ICBC (Asia) chief Gao Ming is on a new mission in HK. She tells Evelyn Yu that capturing a broader Asia Pacific market and helping its clients ‘go out’ shouldn’t be a Sisyphean task.
Gao Ming, chairman of ICBC (Asia), says the group is making big inroads into investment banking with concern of both its longstanding and new customers. (PARKER ZHENG / CHINA DAILY)
With just eight months at the helm of the overseas flagship unit of one of the Chinese mainland’s “Big Four” lenders — the Industrial and Commercial Bank of China (ICBC) — Gao Ming aims to bring back the stewardship and expertise with which she had made her mark during her time as the bank’s chief representative in Europe a decade ago.
Gao, who took up the chairmanship of Hong Kong-based ICBC (Asia) in February this year, has now set her sights on capturing a much broader market in the Asia Pacific region in tandem with its clients’ going global strategy.
Just days before she came to China Daily’s interview, ICBC (Asia) announced its interim results for the first half of this year. Its after-tax net profit went up HK$73 million — 2.07 percent year-on-year — to HK$3.615 billion.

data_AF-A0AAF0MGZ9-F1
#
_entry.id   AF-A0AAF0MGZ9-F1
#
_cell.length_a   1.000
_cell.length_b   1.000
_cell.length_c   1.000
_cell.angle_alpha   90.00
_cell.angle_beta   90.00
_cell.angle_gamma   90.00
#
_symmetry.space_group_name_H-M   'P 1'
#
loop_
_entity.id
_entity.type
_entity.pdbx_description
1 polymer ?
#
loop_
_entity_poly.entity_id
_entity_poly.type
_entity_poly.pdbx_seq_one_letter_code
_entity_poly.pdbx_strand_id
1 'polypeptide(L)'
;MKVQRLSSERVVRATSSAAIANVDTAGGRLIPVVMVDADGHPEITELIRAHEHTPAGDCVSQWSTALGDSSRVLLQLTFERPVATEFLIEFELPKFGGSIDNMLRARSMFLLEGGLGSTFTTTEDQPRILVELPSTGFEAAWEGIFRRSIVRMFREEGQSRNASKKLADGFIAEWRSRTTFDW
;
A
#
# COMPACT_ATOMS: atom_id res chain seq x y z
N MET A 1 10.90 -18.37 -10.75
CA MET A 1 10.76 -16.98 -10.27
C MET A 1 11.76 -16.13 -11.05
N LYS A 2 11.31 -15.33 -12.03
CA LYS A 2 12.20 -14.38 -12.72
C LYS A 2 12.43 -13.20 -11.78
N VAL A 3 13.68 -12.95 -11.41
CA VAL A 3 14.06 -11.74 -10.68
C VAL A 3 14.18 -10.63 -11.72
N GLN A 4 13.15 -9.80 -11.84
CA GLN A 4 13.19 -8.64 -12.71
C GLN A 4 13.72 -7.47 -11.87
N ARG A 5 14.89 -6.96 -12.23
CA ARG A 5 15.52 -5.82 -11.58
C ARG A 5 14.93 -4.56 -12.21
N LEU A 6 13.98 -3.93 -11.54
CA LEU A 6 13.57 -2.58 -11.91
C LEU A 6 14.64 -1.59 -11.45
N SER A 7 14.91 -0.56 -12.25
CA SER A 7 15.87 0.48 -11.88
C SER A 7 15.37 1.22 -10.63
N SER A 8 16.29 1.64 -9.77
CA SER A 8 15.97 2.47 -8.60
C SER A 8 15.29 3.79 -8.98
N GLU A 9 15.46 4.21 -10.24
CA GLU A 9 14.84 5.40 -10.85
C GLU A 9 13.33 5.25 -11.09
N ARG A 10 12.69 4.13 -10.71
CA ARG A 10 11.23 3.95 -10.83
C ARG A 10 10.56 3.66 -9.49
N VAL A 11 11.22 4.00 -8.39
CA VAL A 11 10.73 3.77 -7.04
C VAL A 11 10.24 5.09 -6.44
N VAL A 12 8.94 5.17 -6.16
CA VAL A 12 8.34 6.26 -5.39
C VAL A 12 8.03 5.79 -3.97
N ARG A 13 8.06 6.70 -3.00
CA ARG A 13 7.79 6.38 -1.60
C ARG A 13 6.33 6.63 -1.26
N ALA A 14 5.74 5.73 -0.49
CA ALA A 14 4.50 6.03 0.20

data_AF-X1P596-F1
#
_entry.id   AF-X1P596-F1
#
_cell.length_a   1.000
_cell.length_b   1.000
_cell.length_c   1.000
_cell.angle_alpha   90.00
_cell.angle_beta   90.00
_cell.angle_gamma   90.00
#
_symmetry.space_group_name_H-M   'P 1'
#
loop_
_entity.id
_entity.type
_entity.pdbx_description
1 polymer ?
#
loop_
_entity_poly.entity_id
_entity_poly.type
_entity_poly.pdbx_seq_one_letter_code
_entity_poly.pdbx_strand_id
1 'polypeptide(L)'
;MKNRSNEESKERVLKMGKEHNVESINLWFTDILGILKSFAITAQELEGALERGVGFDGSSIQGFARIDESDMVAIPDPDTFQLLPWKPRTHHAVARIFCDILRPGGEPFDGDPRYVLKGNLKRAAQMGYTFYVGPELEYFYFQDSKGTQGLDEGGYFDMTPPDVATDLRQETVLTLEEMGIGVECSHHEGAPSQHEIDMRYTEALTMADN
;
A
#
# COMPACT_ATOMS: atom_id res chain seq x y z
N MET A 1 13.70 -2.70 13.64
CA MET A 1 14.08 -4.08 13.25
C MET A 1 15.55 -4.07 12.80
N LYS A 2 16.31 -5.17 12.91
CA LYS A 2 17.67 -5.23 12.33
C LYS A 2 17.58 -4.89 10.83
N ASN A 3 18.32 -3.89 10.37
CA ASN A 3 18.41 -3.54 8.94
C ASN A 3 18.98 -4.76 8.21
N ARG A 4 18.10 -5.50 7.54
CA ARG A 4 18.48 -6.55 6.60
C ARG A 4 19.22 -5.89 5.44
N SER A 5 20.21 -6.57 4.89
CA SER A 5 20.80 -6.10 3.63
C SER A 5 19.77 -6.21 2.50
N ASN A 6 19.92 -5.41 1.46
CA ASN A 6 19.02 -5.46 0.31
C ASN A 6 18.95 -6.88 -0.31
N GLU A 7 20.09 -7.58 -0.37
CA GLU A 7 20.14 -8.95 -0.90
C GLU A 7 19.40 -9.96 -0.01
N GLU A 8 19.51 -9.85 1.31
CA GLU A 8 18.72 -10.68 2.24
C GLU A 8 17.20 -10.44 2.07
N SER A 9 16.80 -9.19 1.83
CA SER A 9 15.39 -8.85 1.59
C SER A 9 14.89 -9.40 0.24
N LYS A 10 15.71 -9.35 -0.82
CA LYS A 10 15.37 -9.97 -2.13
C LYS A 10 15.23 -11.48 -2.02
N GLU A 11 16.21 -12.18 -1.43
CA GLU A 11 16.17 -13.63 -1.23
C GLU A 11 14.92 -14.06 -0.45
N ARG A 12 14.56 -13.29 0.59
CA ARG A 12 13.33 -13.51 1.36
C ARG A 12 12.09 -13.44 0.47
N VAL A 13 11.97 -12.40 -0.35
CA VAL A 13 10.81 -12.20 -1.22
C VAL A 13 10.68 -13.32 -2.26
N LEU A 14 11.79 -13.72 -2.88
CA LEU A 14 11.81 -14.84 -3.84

The lender’s deposits and loans businesses both saw strong growth during the period, surging by more than HK$60 billion.
A commercial bank is an important part of a city. It’s closely knit with its citizens’ lives and evolves along with the city’s change of the times
Gao Ming, chairman of ICBC (Asia)
Gao’s formula is to get the bank adapt itself to the persistent fluctuations in the world financial markets, steering the company away from troubled waters into bigger non-interest-related operations to help it cope with the ever-narrowing net interest margins.